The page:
When I became a mom for the first time seven years ago I did everything by the book. Literally. I read the baby books, took a baby prep class at our local hospital, decorated our nursery, purchased the stroller and car seat and had several baby showers.
But one thing I didn’t plan in advance for was baby proofing. At the time I didn’t realize that baby proofing needs to start even before your baby is mobile. I figured I would baby proof the house once our daughter was crawling around- but looking back- there are somethings I should have done from the moment she came home from the hospital.
There might be hidden dangers in your baby’s nursery, in your living room, kitchen or bathroom.
Today I would like to share a few things that all parents should be aware of when making their house safe for a baby or toddler.
This post was sponsored by the Window Covering Safety Council as part of an Influencer Activation for Influence Central and all opinions expressed in my post are my own
Make sure your child’s crib is safe. Beginning in 2011 new rules which apply to full-size and non full-size cribs, which prohibit the manufacture or sale of traditional drop-side rail cribs. If your crib was manufactured before 2011 double check to see if is drop-down. Some drop-side crib manufacturers have immobilizers that fit their cribs, however please know that a drop side crib, even with an immobilizer installed, will not meet the new CPSC crib standards.
Adjust your baby’s mattress to be at the correct height, as most cribs allow you to adjust it. For a newborn the higher levels make it easier to lift your baby, but remember to lower the mattress once your baby is able to pull themselves up, this is usually around the age of six months old.
Try to avoid hanging pictures or shelves directly above your baby’s crib or changing table.
Use the correct size sheet for your baby’s crib or bassinet. This ensures the sheet will have a snug fit avoiding the sheet to come loose risking the baby getting entangled in the sheet.
Be aware of the dangers of corded blinds.
The Window Covering Safety Council urges parents and caregivers to check their window coverings for exposed or dangling cords. Little ones are drawn to things that dangle and cords are no exception. Make sure if you do have cords that they are out of sight and reach. Move cribs, beds or furniture away from your windows to avoid the risk of harm coming to your children. Check all the windows in your living room, bedrooms or bathrooms.
If you are putting new windows in your home consider installing only cordless window coverings to avoid possible strangulation to your infants and young children. With October being National Window Covering Safety Month remember to make the right choice when selecting window coverings, cordless options can easily be identified by the Best for Kids™ certification label. Best for Kids products are currently available at major retails across the country.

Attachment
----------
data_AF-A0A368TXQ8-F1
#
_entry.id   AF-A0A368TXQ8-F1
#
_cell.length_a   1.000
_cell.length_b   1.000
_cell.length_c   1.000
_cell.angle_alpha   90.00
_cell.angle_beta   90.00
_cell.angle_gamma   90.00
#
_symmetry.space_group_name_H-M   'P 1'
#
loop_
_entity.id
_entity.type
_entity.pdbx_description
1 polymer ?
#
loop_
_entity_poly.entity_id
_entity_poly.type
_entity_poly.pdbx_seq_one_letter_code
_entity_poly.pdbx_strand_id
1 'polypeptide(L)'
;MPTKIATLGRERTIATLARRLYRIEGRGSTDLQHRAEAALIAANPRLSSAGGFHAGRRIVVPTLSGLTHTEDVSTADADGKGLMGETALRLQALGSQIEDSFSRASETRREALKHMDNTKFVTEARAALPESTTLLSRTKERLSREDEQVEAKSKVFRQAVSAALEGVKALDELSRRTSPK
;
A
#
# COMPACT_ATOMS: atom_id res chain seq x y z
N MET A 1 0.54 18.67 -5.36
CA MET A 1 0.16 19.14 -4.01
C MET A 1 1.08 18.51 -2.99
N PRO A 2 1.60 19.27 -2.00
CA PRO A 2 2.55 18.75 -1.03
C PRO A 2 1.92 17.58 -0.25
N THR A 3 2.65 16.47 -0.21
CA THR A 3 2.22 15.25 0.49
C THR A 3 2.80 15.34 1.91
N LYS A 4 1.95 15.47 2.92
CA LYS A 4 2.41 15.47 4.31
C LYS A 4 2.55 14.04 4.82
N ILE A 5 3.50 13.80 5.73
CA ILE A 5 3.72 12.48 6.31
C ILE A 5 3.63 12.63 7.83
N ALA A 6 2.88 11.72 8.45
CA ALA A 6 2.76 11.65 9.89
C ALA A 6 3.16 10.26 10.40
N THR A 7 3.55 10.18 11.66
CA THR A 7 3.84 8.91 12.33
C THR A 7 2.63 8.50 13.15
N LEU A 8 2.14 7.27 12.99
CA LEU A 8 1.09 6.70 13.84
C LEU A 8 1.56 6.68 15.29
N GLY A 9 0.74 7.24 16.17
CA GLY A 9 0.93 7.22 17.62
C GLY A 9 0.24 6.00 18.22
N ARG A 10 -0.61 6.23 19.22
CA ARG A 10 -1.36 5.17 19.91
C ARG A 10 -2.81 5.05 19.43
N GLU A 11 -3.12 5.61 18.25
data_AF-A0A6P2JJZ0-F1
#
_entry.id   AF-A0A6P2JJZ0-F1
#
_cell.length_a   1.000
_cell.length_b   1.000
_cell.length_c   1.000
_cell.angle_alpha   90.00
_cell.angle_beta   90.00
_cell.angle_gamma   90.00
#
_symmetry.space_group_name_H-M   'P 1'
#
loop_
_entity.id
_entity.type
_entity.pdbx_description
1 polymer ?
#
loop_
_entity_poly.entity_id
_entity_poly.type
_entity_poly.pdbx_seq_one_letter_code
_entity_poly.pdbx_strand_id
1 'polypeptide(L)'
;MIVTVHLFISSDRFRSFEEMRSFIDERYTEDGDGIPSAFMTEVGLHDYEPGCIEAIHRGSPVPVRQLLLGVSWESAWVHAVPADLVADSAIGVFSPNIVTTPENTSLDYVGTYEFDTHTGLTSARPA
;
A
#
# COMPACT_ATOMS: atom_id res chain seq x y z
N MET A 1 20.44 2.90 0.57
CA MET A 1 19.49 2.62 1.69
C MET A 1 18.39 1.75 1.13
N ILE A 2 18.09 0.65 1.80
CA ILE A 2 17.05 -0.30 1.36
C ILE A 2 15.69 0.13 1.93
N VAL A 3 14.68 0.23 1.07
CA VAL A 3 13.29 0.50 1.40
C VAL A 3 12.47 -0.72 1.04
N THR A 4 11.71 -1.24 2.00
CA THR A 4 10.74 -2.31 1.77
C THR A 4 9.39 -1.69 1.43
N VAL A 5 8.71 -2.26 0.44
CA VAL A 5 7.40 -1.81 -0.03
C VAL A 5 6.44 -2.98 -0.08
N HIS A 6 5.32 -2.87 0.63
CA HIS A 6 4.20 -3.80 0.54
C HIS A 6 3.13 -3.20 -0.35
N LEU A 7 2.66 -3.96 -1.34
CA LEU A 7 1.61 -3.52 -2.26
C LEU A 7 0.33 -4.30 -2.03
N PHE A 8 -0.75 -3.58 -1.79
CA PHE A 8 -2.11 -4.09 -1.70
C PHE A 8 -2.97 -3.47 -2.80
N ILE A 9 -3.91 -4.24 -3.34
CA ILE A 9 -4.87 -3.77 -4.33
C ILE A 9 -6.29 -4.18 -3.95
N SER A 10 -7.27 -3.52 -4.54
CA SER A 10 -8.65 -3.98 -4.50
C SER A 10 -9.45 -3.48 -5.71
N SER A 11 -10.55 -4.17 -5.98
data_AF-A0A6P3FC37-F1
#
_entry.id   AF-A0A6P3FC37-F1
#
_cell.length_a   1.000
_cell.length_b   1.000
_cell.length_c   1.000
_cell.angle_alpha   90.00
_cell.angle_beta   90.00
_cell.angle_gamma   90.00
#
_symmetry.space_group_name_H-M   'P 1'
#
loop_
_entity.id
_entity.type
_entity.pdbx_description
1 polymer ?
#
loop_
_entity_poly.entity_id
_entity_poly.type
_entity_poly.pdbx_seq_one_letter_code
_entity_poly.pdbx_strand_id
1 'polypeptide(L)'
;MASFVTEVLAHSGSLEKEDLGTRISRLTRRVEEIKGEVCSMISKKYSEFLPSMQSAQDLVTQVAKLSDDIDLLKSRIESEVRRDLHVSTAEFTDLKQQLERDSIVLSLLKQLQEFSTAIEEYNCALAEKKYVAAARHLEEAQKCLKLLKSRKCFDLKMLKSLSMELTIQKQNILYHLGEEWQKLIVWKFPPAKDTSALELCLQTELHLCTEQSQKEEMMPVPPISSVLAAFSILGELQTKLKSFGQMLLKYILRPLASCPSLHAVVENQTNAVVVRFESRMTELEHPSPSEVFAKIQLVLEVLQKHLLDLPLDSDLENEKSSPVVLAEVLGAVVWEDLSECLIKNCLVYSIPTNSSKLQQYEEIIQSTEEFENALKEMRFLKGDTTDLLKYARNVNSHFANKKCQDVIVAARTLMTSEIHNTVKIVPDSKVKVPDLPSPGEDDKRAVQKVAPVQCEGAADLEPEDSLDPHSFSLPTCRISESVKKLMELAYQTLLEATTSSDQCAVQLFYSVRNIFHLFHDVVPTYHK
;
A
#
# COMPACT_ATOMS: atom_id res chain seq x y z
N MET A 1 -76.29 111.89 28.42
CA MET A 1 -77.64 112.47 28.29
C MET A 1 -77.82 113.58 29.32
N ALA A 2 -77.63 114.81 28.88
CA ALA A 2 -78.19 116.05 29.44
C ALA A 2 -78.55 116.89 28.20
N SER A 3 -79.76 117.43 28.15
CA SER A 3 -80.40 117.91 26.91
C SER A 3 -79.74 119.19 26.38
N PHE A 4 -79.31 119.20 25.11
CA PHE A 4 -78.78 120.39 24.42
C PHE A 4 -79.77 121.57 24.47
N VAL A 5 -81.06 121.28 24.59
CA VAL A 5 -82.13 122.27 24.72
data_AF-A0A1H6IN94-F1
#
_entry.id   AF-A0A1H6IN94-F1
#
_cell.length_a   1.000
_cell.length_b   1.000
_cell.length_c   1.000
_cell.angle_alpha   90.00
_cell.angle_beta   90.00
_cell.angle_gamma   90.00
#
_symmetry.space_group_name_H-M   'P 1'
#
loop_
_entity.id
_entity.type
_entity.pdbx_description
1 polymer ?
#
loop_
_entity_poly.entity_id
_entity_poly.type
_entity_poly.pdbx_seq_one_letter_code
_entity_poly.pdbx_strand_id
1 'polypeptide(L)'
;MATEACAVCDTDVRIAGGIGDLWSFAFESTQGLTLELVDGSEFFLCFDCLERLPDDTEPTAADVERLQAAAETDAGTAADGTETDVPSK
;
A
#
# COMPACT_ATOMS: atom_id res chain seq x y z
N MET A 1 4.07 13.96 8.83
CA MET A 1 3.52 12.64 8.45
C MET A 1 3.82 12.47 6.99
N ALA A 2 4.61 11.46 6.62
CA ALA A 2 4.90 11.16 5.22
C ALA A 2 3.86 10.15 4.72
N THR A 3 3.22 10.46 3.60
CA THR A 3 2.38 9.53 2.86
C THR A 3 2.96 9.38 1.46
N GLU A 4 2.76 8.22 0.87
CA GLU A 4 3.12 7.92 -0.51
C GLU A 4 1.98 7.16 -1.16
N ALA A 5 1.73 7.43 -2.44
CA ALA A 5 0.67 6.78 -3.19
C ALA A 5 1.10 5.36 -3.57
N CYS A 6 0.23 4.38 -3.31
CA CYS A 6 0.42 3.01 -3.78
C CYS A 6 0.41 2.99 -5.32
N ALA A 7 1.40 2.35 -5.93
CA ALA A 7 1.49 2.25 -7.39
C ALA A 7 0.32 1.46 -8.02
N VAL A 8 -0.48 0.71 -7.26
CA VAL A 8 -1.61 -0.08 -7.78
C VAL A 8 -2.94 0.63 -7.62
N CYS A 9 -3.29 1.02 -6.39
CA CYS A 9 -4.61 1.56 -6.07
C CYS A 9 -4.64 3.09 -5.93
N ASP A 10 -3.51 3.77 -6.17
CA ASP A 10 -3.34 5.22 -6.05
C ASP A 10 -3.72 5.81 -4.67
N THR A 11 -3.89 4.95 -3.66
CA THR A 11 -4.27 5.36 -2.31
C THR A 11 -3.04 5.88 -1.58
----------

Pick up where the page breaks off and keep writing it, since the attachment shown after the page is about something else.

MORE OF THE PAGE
Cover those outlets! Outlet covers are inexpensive and can be found at the grocery store, baby story, or hardware store.
Secure your trashcan. Keep the trash in a cabinet, pantry or get a lid that stays secure. The last thing you want is your baby digging through the garbage with potential sharp or messy objects.
Place your baby’s seat on the floor. As tempting as it is to place your baby’s bouncy seat or foam styled chair on a table or counter – don’t do it. It is not worth the risk of them getting knocked off or somehow wiggling around enough to cause it to tip over.
Move cleaners out from under the sink. Place them up high or use a behind the door shoe pocket holder to place each cleaning object in- then hang it up behind a closed hallway door.
Use stove knob-covers to keep your child from being able to turn the oven on and off.
Make sure you turn your pot handles inward while cooking. It’s a good habit to get in even if you have a newborn at home who doesn’t roam the kitchen yet. Once they are mobile it will be second nature for you to do so and it will help avoid serious injury to your child.
Always stay in the kitchen when you are using the stove top. Especially with small children in the house.
Keep the toilet lid down and install a toilet lock to keep your baby from lifting the lid. Remember a baby or toddler only needs an inch of water to drown and little ones can easily loose their balance and tip into the toilet.
Consider getting a child-proof cover to put on the door handle to keep your child from being able to open the door to the bathroom.
Put razors, tweezers, medicine, vitamins, soap, and make-up out of reach and put them on high shelves away from little curious hands.
Make sure you always unplug your curling iron or blow dryer and be sure to wrap the cord up and put it out of reach when you are finished.
Never, ever leave your baby or child alone in the tub- even for a second. Make sure you are not distracted while bathing your child. Their safety is your number one priority. If the door bell rings or there is an emergency in the house take your child out of the tub and take them with you.
What are some of your must-have tips for baby proofing your house?